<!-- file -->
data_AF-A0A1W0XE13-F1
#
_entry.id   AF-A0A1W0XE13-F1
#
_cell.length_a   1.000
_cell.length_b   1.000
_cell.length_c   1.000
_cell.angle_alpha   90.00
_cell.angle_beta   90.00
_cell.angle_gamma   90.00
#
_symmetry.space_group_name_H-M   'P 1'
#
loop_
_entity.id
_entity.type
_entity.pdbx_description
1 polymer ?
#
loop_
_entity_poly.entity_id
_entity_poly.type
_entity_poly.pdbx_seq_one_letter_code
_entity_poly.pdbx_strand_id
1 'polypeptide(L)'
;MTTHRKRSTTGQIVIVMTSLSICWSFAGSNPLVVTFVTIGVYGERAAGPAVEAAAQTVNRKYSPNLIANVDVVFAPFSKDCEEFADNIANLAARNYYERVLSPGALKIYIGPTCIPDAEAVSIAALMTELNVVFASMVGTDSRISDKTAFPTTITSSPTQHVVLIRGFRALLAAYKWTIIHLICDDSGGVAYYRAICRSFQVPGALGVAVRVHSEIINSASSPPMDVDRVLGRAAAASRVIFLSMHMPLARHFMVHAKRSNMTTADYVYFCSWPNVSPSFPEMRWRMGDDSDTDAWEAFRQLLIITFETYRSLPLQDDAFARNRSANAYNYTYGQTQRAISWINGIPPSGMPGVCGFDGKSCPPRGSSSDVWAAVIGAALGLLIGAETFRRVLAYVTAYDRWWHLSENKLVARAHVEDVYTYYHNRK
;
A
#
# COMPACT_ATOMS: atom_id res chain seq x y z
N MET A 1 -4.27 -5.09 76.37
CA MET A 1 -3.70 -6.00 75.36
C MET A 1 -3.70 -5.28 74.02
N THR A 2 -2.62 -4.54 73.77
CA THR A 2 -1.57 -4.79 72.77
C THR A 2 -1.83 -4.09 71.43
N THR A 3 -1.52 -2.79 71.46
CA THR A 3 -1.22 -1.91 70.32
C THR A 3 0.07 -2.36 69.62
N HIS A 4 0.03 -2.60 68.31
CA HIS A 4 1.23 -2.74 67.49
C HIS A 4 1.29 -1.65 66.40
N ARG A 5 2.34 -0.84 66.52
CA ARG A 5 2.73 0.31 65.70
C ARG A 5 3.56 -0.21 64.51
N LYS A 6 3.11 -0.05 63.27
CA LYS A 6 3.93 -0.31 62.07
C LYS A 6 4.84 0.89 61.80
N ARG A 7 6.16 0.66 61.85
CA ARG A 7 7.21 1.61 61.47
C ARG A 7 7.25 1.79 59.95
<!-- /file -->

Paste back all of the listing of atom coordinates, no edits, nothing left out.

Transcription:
data_AF-A0A1W0XE13-F1
#
_entry.id   AF-A0A1W0XE13-F1
#
_cell.length_a   1.000
_cell.length_b   1.000
_cell.length_c   1.000
_cell.angle_alpha   90.00
_cell.angle_beta   90.00
_cell.angle_gamma   90.00
#
_symmetry.space_group_name_H-M   'P 1'
#
loop_
_entity.id
_entity.type
_entity.pdbx_description
1 polymer ?
#
loop_
_entity_poly.entity_id
_entity_poly.type
_entity_poly.pdbx_seq_one_letter_code
_entity_poly.pdbx_strand_id
1 'polypeptide(L)'
;MTTHRKRSTTGQIVIVMTSLSICWSFAGSNPLVVTFVTIGVYGERAAGPAVEAAAQTVNRKYSPNLIANVDVVFAPFSKDCEEFADNIANLAARNYYERVLSPGALKIYIGPTCIPDAEAVSIAALMTELNVVFASMVGTDSRISDKTAFPTTITSSPTQHVVLIRGFRALLAAYKWTIIHLICDDSGGVAYYRAICRSFQVPGALGVAVRVHSEIINSASSPPMDVDRVLGRAAAASRVIFLSMHMPLARHFMVHAKRSNMTTADYVYFCSWPNVSPSFPEMRWRMGDDSDTDAWEAFRQLLIITFETYRSLPLQDDAFARNRSANAYNYTYGQTQRAISWINGIPPSGMPGVCGFDGKSCPPRGSSSDVWAAVIGAALGLLIGAETFRRVLAYVTAYDRWWHLSENKLVARAHVEDVYTYYHNRK
;
A
#
# COMPACT_ATOMS: atom_id res chain seq x y z
N MET A 1 -4.27 -5.09 76.37
CA MET A 1 -3.70 -6.00 75.36
C MET A 1 -3.70 -5.28 74.02
N THR A 2 -2.62 -4.54 73.77
CA THR A 2 -1.57 -4.79 72.77
C THR A 2 -1.83 -4.09 71.43
N THR A 3 -1.52 -2.79 71.46
CA THR A 3 -1.22 -1.91 70.32
C THR A 3 0.07 -2.36 69.62
N HIS A 4 0.03 -2.60 68.31
CA HIS A 4 1.23 -2.74 67.49
C HIS A 4 1.29 -1.65 66.40
N ARG A 5 2.34 -0.84 66.52
CA ARG A 5 2.73 0.31 65.70
C ARG A 5 3.56 -0.21 64.51
N LYS A 6 3.11 -0.05 63.27
CA LYS A 6 3.93 -0.31 62.07
C LYS A 6 4.84 0.89 61.80
N ARG A 7 6.16 0.66 61.85
CA ARG A 7 7.21 1.61 61.47
C ARG A 7 7.25 1.79 59.95